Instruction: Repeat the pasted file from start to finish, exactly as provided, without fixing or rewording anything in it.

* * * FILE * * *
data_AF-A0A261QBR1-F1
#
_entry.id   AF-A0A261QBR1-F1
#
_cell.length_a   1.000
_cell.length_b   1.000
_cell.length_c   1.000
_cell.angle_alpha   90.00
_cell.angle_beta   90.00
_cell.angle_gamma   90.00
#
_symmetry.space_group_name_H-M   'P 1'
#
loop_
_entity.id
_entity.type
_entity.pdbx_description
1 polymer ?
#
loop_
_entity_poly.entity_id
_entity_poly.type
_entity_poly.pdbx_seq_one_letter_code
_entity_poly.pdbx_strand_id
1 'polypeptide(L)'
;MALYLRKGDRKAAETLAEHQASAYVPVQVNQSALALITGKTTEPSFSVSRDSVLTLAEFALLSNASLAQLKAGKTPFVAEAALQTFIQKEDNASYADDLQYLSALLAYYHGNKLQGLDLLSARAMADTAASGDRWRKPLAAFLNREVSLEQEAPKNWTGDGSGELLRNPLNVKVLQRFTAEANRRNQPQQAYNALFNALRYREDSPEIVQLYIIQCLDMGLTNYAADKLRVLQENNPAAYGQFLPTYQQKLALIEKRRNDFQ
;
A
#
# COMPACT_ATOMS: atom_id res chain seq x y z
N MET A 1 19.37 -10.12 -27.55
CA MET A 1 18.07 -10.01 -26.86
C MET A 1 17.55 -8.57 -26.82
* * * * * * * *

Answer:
data_AF-A0A261QBR1-F1
#
_entry.id   AF-A0A261QBR1-F1
#
_cell.length_a   1.000
_cell.length_b   1.000
_cell.length_c   1.000
_cell.angle_alpha   90.00
_cell.angle_beta   90.00
_cell.angle_gamma   90.00
#
_symmetry.space_group_name_H-M   'P 1'
#
loop_
_entity.id
_entity.type
_entity.pdbx_description
1 polymer ?
#
loop_
_entity_poly.entity_id
_entity_poly.type
_entity_poly.pdbx_seq_one_letter_code
_entity_poly.pdbx_strand_id
1 'polypeptide(L)'
;MALYLRKGDRKAAETLAEHQASAYVPVQVNQSALALITGKTTEPSFSVSRDSVLTLAEFALLSNASLAQLKAGKTPFVAEAALQTFIQKEDNASYADDLQYLSALLAYYHGNKLQGLDLLSARAMADTAASGDRWRKPLAAFLNREVSLEQEAPKNWTGDGSGELLRNPLNVKVLQRFTAEANRRNQPQQAYNALFNALRYREDSPEIVQLYIIQCLDMGLTNYAADKLRVLQENNPAAYGQFLPTYQQKLALIEKRRNDFQ
;
A
#
# COMPACT_ATOMS: atom_id res chain seq x y z
N MET A 1 19.37 -10.12 -27.55
CA MET A 1 18.07 -10.01 -26.86
C MET A 1 17.55 -8.57 -26.82